And many groups say the Lord’s Prayer — a prayer with explicitely Christian themes taken straight out of the bible (Matthew 6:9, Luke 11:1). Kind of hypocritical when they make such a big deal of saying they are “spiritual but not religious” and that they are a program based on “rigorous honesty” (and then lie about not being religious).

    Even groups that don’t put a lot of pressure on people to believe a certain way or to work the steps subject you to religious proselytization — unless you believe that proselytizing about a prayer-answering favor-dispensing deity isn’t religious.

    More on the spiritual – religious bait-and-switch – see

    Three Federal Courts of Appeals (Second, Seventh, and Ninth circuits) and Two State Supreme Courts (New York and Tennessee) have ruled that Alcoholics Anonymous and Narcotics Anonymous are religious and that nobody can be coerced by government authority into attending these organizations (as that would violate the First Amendment’s prohibition against the state establishment of religion). No Federal Court of Appeals and no State Supreme Court has ruled otherwise. To date, the United States Supreme Court has declined to consider any of these rulings, thus letting these ruling stand. For more on these court rulings:

    Court rulings other than the 9th Circuit

    9th Circuit Court Of Appeals Ruling (Inouye v. Kemna)

    Here is a Duke Law Journal article that discusses the religious aspects of A.A. and the definition of religion for constitutional purposes (first amendment establishment clause).

    Cited: 47 Duke L. J. 785
    [*pg 785]

    Comment by progree — May 16, 2009 @ 3:18 pm | Reply

  5. “Its non-doctrinal approach means people of all faiths – or no faith – can benefit.”

    That sounds like it came out of an AA press release. In fact, the whole article does. Alcoholics Anonymous has been judged to be “religious in nature” in 16 states so far. A person might try to make a case for non-denominational, but non-doctrinal is a bad joke. AA is designed for lapsed Christians. If you believe that people of all faiths or no faith can use the program of Alcoholics Anonymous, read the Big Book chapter “We Agnostics”:

    As a secular humanist, I was appalled.

    Back to Humphries:

    This Humphries & Moos study was not a randomized longitudinal controlled study. It had no control group, the two groups he looked at were a 12step group and a CBT plus 12step group. How does one combine rational thinking and 12step dogma? Then he hand picked who went into the groups. Humphries & Moos have done several studies that place a positive spin on AA, all with methodological problems. Humphries and Moos are true believers, they begin with their outcome, then create the studies to prove it. Going to AA does not keep people from drinking, however, people who who start drinking again quit going to AA. Looking around the rooms and seeing sober people is no proof of anything at all.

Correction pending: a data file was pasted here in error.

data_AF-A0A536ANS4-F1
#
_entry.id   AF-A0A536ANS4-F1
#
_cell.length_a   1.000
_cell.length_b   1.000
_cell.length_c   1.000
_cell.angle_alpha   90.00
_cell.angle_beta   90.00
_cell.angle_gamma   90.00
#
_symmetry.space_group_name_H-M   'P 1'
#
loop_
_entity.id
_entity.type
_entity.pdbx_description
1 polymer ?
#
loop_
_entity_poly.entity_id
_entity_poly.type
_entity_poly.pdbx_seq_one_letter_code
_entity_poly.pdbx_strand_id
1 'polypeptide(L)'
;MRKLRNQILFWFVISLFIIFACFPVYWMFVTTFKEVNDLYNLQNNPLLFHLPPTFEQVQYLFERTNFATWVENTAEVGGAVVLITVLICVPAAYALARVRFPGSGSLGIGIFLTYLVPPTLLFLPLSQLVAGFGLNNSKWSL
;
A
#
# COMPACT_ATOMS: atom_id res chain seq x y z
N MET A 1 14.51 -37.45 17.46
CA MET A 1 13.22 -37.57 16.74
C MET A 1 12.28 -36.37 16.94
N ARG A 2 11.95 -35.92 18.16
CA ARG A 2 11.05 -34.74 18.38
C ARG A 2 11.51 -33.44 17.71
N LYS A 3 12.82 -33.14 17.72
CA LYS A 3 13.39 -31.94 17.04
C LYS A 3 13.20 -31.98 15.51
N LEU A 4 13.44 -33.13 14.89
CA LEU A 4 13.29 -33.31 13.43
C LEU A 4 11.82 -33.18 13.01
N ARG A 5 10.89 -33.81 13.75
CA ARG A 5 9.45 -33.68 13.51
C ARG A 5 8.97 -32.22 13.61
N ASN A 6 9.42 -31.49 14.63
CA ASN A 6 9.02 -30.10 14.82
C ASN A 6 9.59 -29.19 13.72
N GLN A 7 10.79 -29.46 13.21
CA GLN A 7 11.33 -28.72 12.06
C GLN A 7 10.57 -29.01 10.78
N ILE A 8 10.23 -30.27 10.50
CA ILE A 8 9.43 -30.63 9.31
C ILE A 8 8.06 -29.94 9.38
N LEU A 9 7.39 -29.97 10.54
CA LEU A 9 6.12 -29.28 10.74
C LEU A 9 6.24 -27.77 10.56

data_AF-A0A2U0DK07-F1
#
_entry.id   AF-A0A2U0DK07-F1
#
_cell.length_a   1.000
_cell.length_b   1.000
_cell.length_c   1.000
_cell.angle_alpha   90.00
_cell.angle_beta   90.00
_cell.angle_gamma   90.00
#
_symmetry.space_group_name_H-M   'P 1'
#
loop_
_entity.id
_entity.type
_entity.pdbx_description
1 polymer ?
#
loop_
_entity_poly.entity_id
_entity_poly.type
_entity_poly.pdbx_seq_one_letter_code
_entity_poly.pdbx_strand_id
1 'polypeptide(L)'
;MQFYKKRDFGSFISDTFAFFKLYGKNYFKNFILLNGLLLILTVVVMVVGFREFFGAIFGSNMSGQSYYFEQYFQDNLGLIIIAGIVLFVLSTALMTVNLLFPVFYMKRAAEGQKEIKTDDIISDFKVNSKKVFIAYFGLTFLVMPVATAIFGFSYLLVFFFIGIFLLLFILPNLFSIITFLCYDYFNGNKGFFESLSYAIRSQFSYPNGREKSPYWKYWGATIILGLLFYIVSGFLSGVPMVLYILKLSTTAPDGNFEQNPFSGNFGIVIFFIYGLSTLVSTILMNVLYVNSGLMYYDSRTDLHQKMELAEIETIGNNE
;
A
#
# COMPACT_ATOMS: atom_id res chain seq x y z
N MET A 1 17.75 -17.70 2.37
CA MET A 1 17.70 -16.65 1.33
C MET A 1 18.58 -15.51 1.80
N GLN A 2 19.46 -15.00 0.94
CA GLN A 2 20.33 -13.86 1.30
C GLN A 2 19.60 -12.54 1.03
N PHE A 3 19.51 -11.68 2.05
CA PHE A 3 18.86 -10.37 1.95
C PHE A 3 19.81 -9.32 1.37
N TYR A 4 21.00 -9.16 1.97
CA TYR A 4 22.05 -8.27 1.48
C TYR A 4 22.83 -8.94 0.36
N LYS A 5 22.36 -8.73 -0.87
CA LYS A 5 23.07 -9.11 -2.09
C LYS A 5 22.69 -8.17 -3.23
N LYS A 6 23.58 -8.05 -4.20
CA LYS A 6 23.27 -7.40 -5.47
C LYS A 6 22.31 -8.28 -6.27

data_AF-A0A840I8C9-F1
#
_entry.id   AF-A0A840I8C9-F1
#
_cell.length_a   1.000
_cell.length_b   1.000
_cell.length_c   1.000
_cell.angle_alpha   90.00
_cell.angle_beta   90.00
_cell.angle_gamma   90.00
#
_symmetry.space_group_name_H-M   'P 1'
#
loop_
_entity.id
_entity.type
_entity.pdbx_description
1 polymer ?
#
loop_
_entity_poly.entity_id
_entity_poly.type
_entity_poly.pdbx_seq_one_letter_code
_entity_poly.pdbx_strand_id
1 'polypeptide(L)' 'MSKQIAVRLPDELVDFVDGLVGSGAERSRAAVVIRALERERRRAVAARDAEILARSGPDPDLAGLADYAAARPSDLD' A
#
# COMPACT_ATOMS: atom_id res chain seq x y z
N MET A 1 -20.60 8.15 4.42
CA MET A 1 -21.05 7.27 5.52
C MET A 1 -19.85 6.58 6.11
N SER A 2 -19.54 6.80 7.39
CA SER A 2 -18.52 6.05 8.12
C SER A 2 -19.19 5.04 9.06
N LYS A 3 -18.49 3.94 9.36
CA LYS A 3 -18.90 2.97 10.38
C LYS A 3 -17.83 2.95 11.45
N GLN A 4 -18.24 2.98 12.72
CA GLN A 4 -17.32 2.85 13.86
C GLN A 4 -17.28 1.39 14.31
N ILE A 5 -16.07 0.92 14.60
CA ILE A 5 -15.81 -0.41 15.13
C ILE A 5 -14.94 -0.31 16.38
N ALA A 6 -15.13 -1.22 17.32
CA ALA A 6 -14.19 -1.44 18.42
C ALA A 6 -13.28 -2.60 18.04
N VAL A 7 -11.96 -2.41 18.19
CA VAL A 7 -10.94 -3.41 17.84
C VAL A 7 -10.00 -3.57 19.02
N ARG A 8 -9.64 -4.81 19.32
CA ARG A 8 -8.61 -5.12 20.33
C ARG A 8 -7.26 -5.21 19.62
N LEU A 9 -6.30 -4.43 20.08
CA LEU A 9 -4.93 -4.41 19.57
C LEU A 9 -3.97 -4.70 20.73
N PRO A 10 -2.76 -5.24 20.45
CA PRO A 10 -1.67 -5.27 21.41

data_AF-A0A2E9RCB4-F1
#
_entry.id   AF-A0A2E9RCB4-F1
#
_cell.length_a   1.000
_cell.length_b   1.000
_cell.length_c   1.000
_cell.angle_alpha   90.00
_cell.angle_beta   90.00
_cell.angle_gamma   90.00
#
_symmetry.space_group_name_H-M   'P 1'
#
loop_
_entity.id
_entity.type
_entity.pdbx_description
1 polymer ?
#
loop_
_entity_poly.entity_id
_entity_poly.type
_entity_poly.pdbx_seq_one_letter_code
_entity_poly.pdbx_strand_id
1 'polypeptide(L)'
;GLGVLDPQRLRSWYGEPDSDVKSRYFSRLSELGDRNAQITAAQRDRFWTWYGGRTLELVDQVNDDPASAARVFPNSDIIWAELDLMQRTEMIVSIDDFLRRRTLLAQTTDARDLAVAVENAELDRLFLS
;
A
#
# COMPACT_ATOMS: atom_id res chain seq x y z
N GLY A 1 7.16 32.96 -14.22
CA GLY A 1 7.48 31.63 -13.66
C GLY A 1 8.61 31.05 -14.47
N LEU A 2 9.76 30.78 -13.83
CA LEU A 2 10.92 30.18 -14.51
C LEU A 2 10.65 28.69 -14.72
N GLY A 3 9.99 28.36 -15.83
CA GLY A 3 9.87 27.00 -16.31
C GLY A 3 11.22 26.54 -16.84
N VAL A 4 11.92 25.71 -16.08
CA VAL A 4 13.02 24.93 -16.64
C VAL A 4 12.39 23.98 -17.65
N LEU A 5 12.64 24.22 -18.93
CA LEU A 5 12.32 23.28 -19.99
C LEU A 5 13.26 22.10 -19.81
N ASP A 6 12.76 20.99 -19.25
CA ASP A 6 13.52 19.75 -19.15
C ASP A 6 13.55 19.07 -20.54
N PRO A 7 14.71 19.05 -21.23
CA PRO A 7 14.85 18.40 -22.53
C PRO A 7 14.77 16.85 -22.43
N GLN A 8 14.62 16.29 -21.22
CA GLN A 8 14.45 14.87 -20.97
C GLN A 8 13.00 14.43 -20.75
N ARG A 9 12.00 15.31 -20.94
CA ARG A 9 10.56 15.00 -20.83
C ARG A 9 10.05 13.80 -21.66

A major point in this study was that AA was cost-effective.

    The Walsh study, which was a randomized longitudinal controlled study, had different findings:
    “When we compared the costs of treatment for the A.A. and hospital groups, we found that the costs for the A.A. group averaged $1,200 less per person, a savings of just 10 percent. Even though the initial referral to AA was free, the AA group had much higher rates of additional treatment; 63 percent of subjects randomly assigned to AA eventually required hospitalization.”
    The New England Journal of Medicine, Volume 325, pages 775-782, September 12, 1991

    There have been no randomized longitudinal controlled studies that prove that AA works, the ones that have been done do not put AA in a good light:
    – The Brandsma study found that A.A. increased the rate of binge drinking
    – The Ditman study showed that A.A. increased the rate of rearrests for public drunkenness
    – As mentioned, the Walsh study found that “free A.A.” made later hospitalization more expensive
    – Doctors Orford and Edwards found that having a doctor talk to the patient for just one hour was just as effective as a whole year of A.A.-based treatment.

    Comment by raysny — May 17, 2009 @ 12:59 am | Reply

    • Of course it sounds like an AA press release. The study on which this article is based was published by NCADD, which is essentially an AA front group, founded by Marty Mann, who is touted as the “first female AA”.

      She wasn’t the first female AA, actually, since the real first female AA relapsed and drank herself to death, but she did form this group, which now publishes articles that have a remarkably pro-AA slant. This is typical of groups whose true purpose is to promote an ideology, but it’s too bad that their publications get confused with real science.